Organizations with Virtuous Leaders Flourish More

Do virtuous leaders achieve better outcomes? And if so, what does this leadership style looks like? Let’s take a tour. Virtuous leadership is a style of leadership where the leader consistently exhibits voluntary behavior that aligns with core virtues, such as prudence, temperance, humanity, courage, and justice. Does it benefit the organization, and can virtuous behaviour affect company results?   The infinite list of corporate leadership scandals and the marginal role of leader character in the training and evaluation of leaders suggests a common belief that this is not the case. The academic world remained silent on this issue for a long time. But consistent evidence has emerged in the past decade that subordinates, organizations, and the leaders themselves flourish more when the leader demonstrates virtuous leadership.

Recent findings show that virtuous leadership positively influences the work-related well-being of employees. This positive effect occurs through three main channels. First, virtuous leaders create better objective conditions for subordinates, such as a fair and considerate allocation of work tasks. Second, they create a psychologically safe environment for subordinates, which facilitates a trusting relationship with subordinates. Third, by exemplifying virtuousness, leaders can influence, through internalization, the virtuous behavior of others in the organization, thereby stimulating a more virtuous organizational climate. In turn, better employee well-being improves organizational performance through lower employee turnover and absenteeism and higher productivity.

Other evidence reveals that virtuous leaders themselves also experience a higher well-being level and are more effective in their organizational leadership role. A first reason is that leader performance strongly depends on employee performance, which is positively influenced by virtuous leadership. Second, investors, clients, and suppliers are more willing to do business with virtuous leaders, thereby improving both the performance and well-being (e.g., self-esteem) of the leader. Third, virtuous leaders have greater referent power because they are respected and trusted more, meaning they can more effectively implement their vision and ideas in the organization. Fourth, doing well is inherently rewarding; for instance, there is abundant proof that prosocial behavior makes a person happier and that virtuous leaders perceive to have more meaningful work and therefore have higher work engagement.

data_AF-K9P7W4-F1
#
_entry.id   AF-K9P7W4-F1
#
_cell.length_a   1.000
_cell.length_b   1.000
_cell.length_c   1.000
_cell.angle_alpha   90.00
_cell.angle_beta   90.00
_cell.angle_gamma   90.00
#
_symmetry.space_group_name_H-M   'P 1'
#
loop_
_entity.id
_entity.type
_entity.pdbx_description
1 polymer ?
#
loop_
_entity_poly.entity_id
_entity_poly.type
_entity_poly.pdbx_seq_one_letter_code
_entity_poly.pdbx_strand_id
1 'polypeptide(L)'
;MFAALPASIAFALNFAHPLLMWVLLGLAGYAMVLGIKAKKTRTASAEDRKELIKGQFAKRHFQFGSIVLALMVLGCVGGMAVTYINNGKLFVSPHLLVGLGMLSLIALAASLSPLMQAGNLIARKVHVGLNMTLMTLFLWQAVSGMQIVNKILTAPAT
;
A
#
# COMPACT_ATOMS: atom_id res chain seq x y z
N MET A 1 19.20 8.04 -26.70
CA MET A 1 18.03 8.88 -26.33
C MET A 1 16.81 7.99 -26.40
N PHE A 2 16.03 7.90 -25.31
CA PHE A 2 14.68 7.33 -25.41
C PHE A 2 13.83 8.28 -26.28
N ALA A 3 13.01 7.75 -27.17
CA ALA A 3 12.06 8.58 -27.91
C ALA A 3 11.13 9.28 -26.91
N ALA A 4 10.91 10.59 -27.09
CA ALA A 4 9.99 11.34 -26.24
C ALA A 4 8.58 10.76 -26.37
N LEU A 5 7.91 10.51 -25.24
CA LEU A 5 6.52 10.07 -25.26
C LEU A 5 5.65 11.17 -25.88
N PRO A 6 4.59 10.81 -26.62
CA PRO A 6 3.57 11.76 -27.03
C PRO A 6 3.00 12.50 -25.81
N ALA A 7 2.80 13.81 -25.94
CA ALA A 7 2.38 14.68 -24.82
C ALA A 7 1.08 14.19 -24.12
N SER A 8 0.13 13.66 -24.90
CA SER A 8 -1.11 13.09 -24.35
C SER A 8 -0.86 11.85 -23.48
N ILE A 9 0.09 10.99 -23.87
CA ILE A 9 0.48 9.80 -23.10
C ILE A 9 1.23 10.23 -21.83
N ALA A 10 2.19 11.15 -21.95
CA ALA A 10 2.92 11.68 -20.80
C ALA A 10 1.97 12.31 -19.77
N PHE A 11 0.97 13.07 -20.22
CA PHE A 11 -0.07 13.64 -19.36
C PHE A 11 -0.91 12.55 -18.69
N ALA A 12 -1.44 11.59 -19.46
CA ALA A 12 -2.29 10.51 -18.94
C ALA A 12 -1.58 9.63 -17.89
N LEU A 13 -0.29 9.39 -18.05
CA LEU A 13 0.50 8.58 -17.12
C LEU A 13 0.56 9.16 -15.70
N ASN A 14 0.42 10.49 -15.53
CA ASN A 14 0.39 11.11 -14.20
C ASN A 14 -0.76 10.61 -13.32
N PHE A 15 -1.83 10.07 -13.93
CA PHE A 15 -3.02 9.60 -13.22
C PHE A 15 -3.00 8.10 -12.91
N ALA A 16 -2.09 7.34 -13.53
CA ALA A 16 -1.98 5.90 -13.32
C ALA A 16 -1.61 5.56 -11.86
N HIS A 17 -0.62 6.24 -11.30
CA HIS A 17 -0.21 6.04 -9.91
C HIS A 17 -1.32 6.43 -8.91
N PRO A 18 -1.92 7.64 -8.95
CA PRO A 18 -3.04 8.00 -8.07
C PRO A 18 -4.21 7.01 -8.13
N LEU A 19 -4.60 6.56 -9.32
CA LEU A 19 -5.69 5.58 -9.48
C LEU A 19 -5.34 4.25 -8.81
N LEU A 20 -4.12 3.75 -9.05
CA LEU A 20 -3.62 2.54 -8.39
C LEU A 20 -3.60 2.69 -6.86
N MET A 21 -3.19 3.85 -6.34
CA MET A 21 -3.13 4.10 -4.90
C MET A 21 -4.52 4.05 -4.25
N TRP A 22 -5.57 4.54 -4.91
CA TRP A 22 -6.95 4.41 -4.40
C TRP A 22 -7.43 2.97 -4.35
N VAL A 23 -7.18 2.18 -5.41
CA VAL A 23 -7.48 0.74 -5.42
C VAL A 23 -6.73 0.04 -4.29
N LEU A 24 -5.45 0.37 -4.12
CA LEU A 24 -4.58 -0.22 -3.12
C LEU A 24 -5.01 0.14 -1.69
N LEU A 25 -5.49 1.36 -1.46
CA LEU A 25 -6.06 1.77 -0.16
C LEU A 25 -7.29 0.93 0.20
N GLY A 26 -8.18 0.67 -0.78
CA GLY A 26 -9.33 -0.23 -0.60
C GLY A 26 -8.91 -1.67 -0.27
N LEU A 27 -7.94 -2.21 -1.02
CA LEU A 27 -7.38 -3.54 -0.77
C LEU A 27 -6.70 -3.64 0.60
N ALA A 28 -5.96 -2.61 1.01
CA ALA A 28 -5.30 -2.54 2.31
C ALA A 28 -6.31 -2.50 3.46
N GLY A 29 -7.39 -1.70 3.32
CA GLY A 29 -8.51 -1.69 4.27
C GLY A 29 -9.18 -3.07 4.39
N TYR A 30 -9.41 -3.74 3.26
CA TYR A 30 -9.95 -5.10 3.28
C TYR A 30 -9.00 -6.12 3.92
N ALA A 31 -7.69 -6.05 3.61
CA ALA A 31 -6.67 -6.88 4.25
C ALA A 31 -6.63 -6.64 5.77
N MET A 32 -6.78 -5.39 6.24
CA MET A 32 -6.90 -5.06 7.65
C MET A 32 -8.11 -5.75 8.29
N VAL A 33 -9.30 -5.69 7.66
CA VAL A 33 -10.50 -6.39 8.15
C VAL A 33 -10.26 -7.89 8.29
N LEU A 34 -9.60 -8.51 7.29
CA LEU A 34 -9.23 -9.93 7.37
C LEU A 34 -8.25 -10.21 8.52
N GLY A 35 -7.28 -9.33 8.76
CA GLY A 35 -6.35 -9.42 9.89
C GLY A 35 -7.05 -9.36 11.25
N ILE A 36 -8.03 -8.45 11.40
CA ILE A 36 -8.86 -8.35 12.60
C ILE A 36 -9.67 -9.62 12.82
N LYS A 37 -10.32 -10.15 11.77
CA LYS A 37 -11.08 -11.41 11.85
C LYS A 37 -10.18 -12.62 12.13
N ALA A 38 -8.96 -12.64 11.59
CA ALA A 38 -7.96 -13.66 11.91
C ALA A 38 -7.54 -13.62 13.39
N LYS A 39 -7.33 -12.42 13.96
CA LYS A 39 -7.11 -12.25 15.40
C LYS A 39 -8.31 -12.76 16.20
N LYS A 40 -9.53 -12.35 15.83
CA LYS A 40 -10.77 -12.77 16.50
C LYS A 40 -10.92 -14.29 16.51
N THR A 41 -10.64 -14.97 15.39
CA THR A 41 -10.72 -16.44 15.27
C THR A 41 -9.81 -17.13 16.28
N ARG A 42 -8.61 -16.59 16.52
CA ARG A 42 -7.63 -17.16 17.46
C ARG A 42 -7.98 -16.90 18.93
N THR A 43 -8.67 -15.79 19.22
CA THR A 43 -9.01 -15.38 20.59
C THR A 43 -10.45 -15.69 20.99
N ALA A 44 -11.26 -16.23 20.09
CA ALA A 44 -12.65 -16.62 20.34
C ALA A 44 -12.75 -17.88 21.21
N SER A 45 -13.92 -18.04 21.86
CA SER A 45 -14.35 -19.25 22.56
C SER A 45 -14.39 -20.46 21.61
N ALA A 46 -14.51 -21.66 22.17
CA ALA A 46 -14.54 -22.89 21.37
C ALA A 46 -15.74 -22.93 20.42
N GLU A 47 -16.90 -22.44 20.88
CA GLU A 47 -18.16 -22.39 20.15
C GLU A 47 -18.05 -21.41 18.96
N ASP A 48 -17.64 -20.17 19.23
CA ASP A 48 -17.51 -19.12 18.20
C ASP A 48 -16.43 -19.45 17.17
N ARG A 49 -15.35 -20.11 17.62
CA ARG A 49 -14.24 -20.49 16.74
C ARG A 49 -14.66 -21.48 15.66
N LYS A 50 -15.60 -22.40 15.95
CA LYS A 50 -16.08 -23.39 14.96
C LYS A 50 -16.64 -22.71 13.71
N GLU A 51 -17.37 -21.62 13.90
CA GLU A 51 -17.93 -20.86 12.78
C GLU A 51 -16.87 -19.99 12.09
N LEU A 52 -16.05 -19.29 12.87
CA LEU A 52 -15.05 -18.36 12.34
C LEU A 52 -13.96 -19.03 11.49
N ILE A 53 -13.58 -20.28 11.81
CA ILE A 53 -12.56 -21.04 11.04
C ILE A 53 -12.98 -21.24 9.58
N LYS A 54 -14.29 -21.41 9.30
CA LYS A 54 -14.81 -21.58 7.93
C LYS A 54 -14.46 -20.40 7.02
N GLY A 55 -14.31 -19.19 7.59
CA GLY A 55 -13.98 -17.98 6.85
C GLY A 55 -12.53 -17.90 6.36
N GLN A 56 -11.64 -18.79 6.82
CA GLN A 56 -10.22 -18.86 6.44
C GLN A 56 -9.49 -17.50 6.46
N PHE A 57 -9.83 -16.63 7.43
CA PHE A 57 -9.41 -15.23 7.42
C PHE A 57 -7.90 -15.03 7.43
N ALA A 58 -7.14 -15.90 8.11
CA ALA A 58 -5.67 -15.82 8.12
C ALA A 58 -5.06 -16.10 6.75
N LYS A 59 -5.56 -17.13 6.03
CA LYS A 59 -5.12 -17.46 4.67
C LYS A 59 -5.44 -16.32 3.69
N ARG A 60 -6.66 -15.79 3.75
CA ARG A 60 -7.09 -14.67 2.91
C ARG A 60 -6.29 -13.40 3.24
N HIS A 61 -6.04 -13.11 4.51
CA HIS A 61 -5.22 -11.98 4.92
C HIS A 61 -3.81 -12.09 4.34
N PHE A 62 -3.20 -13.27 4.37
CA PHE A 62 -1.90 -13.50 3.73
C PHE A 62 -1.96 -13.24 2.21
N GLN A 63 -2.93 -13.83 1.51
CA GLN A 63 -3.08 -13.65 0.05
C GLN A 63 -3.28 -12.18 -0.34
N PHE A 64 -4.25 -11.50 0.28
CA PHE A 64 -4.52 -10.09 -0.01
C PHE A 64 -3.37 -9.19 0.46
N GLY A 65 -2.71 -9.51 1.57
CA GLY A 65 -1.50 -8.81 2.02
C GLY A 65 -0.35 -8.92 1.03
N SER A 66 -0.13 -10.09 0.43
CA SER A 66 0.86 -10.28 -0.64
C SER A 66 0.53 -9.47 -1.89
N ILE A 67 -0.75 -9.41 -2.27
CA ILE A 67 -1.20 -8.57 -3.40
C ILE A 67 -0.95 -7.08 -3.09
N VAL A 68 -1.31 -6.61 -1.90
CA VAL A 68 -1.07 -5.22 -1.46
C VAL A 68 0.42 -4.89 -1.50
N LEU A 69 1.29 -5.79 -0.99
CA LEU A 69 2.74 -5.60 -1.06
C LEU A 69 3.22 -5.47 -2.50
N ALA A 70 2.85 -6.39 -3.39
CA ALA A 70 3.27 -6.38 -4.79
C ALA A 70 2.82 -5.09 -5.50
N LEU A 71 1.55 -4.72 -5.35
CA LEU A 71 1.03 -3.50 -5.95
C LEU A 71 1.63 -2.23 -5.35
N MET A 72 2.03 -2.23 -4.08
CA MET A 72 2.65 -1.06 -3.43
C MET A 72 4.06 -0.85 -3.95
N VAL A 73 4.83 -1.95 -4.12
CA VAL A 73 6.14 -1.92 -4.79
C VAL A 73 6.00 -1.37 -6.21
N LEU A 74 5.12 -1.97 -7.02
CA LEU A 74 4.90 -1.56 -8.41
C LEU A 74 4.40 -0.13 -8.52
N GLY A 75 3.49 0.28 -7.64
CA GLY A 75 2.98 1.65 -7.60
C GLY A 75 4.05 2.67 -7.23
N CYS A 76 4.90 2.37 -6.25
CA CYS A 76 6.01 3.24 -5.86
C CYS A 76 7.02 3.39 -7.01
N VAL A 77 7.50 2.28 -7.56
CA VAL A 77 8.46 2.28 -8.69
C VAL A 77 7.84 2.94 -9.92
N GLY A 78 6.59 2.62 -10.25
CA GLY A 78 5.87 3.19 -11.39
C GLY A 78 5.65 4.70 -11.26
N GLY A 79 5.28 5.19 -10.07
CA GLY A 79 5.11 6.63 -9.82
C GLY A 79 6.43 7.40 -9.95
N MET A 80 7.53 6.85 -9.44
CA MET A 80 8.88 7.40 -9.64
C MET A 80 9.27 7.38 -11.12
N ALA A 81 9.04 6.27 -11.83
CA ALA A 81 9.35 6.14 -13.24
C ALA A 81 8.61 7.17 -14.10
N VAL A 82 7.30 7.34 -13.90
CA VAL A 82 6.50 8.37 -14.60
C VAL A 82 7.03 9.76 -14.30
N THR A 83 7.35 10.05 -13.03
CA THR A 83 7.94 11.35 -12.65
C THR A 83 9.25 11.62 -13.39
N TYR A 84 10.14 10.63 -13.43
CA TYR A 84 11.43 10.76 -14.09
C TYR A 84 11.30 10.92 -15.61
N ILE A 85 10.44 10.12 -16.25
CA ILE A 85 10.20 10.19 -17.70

Furthermore, virtuous leadership leads to better performance within teams and organizations because of the better performance of leaders themselves, and their subordinates. The emerging scientific evidence thus consistently shows that the concern of many leaders that demonstrating virtuous leadership has detrimental effects for themselves or their organizations, and that others will get ahead by ‘doing wrong’, is frequently mistaken. Conversely, it provides support for the revived belief that virtuousness is pertinent for effective and sustainable leadership and may thereby contribute to creating thriving organizations with flourishing employees. There is growing agreement among business scholars that leaders must have both character and competence to be successful. In addition, virtuousness is its own reward and does not require a positive instrumental outcome to be of worth. Organizations may therefore strongly benefit from stimulating virtuous leadership. It does pay off.


Martijn Hendriks (Senior researcher at Erasmus Happiness Economics Research Organization and assistant professor at Erasmus School of Economics)


Hendriks, M., Burger, M., Rijsenbilt, A., Pleeging, E., & Commandeur, H. (2020). Virtuous leadership: a source of employee well-being and trust. Management Research Review, 43(8), 951-970.

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